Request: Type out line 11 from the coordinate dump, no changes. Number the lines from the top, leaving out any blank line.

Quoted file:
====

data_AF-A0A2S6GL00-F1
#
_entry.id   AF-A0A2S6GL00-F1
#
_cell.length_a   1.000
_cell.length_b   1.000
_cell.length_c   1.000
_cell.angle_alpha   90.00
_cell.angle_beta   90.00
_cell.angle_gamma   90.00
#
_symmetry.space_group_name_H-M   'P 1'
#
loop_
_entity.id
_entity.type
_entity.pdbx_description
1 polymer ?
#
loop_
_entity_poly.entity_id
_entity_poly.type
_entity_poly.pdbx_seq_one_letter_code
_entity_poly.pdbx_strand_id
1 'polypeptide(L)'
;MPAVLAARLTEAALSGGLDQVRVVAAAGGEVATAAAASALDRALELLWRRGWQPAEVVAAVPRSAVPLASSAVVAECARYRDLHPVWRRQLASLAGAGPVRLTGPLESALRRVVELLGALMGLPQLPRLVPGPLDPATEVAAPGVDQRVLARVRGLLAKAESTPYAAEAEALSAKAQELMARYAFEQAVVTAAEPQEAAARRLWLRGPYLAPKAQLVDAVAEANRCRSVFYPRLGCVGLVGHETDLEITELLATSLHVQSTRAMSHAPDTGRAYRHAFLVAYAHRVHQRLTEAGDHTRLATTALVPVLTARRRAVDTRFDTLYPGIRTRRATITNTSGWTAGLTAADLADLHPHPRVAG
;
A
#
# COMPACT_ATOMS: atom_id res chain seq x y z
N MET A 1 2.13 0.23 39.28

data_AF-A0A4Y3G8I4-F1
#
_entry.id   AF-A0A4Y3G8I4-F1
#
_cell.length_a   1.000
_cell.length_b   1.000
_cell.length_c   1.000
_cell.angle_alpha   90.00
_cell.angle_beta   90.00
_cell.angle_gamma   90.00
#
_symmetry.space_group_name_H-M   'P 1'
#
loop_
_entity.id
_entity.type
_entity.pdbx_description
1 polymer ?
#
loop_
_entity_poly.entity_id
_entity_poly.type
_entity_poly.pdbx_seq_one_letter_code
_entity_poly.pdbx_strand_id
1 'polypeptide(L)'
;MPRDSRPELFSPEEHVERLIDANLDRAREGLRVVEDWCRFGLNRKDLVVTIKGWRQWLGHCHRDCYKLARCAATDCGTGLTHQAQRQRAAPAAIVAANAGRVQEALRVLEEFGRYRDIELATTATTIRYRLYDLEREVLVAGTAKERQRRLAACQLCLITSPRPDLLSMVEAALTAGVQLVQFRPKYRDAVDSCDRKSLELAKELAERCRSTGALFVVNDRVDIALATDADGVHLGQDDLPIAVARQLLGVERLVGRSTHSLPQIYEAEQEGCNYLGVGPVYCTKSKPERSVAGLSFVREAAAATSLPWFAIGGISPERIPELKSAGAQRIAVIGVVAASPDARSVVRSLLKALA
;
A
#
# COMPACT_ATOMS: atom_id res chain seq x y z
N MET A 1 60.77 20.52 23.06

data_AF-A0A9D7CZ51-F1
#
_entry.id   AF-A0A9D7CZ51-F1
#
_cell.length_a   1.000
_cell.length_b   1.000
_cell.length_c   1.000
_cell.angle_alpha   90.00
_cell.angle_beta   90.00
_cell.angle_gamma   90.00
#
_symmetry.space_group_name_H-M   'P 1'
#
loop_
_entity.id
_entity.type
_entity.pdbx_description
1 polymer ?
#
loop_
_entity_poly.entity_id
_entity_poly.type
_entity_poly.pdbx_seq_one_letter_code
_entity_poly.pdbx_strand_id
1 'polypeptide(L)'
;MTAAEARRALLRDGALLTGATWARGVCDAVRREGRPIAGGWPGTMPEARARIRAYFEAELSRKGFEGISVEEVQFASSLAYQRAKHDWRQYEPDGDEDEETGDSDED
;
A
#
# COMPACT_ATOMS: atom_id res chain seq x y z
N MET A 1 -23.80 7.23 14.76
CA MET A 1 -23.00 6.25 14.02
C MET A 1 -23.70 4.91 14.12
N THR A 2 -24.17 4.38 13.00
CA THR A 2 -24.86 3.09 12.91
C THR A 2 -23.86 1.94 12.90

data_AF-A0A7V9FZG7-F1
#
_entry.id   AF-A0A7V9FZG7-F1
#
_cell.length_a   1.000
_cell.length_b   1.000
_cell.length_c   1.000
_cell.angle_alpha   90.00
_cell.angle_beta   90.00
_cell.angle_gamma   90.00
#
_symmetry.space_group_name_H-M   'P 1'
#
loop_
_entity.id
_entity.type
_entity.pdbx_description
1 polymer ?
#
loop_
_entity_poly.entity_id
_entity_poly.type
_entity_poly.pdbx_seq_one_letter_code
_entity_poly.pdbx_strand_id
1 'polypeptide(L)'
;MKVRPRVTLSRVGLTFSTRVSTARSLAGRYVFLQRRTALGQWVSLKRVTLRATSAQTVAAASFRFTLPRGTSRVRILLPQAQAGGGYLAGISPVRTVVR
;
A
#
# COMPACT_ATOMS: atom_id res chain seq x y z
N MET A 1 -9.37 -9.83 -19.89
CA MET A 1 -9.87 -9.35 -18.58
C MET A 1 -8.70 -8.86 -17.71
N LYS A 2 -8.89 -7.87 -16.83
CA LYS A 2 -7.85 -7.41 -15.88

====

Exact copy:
#